Disposition:

The order is affirmed.

Cologne, Acting P. J., and Staniforth, J., concurred.

FN 1. On June 8, 1982, the People approved an initiative measure, operative June 9, 1982, prohibiting the imposition of gift and death taxes by the state or any political subdivision of the state. (Rev. & Tax. Code, § 13301.) The initiative measure, however, imposes a state "pickup" tax whenever a federal estate tax is payable equal to the maximum allowable credit for state death taxes provided for under federal estate tax law for property located in California. (Rev. & Tax. Code, § 13302.)

FN 2. We recognize that the federal government allows a credit against the estate tax with the amount of any state inheritance tax actually paid, but not to exceed a maximum tax credit predicated upon the adjustable taxable estate. (26 U.S.C. § 2011.) Consequently, the executor's argument would be meritless where the amount of estate inheritance taxes paid, including the amount imposed upon the bequest to pay state inheritance taxes, was less than the maximum tax credit permitted under section 2011. However, here, the state inheritance taxes imposed by the inheritance tax referee as well as the probate court substantially exceeded the maximum tax credit permitted.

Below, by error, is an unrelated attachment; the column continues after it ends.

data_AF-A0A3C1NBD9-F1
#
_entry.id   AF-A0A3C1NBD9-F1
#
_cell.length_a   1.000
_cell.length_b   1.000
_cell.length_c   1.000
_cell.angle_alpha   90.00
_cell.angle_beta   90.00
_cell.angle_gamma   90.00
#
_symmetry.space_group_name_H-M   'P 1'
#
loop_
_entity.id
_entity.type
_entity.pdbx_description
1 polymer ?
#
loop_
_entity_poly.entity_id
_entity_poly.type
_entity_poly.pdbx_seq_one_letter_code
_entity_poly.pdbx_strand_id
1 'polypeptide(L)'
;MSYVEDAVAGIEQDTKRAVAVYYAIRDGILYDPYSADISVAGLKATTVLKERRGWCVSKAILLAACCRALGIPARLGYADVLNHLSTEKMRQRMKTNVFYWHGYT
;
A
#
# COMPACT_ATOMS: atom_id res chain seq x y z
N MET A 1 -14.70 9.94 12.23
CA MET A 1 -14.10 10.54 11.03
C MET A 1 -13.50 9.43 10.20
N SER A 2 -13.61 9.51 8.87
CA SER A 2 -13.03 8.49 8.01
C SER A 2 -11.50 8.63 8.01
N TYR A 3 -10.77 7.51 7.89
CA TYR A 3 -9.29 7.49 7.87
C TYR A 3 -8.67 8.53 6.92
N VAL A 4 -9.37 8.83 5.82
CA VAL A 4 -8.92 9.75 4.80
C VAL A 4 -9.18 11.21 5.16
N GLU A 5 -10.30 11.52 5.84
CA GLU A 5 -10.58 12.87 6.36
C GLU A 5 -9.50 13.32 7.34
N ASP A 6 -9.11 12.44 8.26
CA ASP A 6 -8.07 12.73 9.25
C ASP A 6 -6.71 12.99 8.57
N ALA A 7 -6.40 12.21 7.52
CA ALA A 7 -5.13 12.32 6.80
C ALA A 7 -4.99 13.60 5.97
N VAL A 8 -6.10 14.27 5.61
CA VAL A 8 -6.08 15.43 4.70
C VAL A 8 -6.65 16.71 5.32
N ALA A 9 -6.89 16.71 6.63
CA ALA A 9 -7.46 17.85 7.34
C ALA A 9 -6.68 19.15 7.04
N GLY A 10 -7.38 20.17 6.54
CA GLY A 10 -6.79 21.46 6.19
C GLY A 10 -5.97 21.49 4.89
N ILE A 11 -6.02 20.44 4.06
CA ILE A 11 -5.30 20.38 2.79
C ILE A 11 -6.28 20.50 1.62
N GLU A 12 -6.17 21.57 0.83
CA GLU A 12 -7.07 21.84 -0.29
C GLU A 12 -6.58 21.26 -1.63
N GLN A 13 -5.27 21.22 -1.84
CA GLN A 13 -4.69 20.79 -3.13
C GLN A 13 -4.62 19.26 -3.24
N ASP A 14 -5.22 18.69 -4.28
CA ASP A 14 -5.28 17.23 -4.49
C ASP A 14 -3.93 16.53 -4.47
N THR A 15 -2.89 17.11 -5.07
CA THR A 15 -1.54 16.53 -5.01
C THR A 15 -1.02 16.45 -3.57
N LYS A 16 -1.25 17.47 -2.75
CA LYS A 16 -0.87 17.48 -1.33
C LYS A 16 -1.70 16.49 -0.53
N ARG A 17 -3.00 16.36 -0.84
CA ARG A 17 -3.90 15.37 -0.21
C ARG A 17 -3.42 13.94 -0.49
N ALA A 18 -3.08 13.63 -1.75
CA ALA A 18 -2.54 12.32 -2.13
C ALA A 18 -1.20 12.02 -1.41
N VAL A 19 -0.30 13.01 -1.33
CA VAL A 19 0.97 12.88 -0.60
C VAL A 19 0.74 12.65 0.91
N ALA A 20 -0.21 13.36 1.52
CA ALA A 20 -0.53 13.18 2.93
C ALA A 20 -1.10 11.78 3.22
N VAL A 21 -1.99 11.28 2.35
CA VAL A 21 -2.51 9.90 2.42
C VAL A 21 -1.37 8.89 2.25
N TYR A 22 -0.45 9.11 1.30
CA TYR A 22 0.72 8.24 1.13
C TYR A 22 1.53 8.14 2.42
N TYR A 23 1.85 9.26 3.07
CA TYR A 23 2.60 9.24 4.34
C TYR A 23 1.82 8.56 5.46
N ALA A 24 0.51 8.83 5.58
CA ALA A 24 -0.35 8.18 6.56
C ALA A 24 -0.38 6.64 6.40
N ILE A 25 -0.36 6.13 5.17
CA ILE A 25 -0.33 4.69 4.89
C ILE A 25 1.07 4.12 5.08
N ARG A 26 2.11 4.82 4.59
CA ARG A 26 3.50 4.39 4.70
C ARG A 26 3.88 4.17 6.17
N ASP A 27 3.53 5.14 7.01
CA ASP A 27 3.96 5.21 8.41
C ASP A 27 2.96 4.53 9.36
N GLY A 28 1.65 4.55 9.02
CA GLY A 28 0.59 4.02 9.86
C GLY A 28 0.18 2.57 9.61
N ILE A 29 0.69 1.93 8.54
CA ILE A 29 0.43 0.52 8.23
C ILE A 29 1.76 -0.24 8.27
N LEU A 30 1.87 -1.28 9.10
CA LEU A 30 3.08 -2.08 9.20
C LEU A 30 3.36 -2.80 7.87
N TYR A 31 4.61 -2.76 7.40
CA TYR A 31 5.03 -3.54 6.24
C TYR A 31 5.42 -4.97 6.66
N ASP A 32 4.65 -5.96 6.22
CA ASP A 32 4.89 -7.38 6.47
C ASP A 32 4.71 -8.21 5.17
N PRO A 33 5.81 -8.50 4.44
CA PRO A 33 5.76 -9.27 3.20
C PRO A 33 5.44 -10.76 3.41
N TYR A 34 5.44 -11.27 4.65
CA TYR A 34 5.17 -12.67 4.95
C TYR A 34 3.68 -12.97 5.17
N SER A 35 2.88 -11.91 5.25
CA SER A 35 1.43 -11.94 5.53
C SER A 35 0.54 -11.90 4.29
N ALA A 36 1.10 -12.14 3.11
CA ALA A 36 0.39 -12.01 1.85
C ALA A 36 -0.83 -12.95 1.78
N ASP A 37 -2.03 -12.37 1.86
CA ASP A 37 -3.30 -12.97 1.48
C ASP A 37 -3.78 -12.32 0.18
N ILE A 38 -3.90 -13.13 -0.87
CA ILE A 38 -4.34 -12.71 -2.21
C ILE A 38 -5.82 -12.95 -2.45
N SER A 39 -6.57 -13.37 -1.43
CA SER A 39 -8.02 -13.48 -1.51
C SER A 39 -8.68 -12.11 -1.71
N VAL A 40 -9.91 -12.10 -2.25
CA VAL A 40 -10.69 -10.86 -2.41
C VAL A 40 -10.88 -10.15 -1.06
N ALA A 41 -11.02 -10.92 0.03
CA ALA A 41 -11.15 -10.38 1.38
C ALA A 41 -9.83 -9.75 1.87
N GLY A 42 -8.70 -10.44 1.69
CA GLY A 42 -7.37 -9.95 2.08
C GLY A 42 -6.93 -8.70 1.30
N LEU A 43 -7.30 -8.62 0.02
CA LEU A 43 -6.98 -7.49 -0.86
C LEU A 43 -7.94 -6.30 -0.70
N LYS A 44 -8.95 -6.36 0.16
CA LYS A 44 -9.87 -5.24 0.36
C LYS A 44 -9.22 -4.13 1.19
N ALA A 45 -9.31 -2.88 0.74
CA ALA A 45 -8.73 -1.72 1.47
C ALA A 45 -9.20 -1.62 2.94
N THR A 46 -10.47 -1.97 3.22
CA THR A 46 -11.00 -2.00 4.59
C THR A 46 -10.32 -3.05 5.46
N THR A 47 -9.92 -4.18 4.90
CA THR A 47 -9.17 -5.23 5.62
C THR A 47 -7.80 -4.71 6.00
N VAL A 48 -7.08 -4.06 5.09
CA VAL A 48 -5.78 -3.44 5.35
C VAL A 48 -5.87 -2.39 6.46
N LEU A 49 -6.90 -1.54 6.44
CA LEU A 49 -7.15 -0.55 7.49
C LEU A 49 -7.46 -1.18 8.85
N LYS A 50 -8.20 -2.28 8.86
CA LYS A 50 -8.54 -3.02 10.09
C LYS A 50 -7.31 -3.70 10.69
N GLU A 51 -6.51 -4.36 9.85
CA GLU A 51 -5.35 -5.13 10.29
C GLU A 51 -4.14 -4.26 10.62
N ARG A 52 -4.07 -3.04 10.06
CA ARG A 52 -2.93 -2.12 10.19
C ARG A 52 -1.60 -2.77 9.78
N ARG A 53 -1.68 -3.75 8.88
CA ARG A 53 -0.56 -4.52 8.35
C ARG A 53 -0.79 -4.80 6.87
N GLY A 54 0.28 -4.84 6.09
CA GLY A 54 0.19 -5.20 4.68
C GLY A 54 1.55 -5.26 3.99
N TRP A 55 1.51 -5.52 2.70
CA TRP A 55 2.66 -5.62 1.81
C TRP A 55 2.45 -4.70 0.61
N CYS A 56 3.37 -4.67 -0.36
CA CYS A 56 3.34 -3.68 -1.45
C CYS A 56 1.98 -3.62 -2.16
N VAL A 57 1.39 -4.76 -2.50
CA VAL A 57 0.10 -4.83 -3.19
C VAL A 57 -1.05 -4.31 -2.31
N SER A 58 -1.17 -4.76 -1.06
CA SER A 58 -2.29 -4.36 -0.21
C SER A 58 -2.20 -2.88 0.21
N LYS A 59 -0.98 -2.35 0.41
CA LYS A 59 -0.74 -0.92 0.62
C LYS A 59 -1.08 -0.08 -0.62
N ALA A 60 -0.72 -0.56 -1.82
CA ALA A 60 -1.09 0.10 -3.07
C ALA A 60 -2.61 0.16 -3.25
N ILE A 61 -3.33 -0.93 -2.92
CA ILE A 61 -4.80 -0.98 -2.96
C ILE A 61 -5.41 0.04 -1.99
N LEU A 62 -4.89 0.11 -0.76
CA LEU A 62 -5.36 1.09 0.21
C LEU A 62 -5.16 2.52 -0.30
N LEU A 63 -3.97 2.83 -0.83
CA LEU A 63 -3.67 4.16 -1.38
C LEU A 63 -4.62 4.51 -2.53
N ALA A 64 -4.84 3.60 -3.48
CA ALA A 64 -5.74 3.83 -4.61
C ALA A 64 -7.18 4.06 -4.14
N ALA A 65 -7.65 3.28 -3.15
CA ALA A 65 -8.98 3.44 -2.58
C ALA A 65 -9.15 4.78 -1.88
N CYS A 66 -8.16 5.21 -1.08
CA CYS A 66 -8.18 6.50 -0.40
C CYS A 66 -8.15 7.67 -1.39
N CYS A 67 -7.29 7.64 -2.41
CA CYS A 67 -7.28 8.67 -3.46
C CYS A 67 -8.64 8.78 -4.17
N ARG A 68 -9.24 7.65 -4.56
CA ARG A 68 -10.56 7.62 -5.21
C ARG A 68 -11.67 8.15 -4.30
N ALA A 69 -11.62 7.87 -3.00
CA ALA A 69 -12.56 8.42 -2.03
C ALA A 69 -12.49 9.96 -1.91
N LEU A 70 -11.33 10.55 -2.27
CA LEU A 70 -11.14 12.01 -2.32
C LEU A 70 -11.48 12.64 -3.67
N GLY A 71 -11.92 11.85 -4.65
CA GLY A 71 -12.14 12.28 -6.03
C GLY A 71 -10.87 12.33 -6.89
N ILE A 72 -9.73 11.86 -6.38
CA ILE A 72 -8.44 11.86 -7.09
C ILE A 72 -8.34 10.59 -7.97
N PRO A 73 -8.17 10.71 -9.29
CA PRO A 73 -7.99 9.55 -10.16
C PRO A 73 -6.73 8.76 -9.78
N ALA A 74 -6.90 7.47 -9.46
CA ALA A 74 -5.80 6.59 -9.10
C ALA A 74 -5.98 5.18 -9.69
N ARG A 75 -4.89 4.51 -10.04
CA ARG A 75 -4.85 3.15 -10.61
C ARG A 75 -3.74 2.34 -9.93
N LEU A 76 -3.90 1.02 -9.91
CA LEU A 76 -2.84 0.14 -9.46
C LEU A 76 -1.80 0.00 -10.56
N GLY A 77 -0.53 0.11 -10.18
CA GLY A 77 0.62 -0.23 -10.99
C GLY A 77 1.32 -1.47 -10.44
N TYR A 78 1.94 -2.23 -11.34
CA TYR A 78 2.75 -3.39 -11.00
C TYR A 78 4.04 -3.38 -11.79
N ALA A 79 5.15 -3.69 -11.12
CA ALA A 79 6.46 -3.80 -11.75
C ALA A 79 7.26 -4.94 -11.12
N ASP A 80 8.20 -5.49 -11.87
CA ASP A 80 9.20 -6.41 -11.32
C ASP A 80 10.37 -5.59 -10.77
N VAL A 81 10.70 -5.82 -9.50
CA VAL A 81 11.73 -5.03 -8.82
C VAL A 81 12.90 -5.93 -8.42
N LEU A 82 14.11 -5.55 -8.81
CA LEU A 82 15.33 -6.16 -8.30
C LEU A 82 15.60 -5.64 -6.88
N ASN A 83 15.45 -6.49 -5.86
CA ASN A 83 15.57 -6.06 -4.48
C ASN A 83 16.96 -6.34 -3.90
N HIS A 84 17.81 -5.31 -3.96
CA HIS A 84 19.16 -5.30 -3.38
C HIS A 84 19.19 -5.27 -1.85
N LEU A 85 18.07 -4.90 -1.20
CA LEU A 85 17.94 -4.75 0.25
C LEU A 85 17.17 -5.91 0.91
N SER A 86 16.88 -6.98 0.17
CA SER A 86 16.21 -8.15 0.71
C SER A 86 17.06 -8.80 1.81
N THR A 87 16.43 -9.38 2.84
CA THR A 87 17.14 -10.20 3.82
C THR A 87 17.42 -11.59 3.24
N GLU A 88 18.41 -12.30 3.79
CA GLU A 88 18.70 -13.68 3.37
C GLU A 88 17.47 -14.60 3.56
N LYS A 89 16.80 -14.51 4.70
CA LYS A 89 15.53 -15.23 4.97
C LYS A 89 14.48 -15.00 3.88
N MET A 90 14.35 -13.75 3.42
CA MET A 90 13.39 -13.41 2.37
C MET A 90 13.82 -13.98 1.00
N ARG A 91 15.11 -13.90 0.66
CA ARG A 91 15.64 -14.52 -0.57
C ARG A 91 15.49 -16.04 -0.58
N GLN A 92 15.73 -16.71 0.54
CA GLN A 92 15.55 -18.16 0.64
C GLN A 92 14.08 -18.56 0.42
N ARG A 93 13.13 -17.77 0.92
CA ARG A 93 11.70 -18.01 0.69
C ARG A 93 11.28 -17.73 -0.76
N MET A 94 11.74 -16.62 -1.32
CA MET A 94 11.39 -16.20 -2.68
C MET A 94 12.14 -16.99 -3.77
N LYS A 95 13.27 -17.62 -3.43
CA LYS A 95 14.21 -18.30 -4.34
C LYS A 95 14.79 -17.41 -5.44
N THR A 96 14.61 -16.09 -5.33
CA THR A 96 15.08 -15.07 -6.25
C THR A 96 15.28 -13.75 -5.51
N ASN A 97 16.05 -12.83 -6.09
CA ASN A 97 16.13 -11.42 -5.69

FN 3. "Since the Legislature has the power to allow or to take away altogether the rights of testamentary disposition and of inheritance, it has the power to tax the privilege of receiving the property of the decedent. [Citations.]" (Estate of Varian (1968) 264 Cal. App. 2d 248, 251-252 [70 Cal. Rptr. 335].) More specifically, "it is settled that the Legislature has the power to provide which deductions are allowable in arriving at the value upon which those beneficially interested must pay" (Estate of Giolitti, supra, 26 Cal. App. 3d 327, 330), and thus "to declare by statute what burdens or encumbrances shall or shall not be excluded from computations by the inheritance tax appraiser. [Citations.]" (Estate of Koerner, supra, at p. 451.)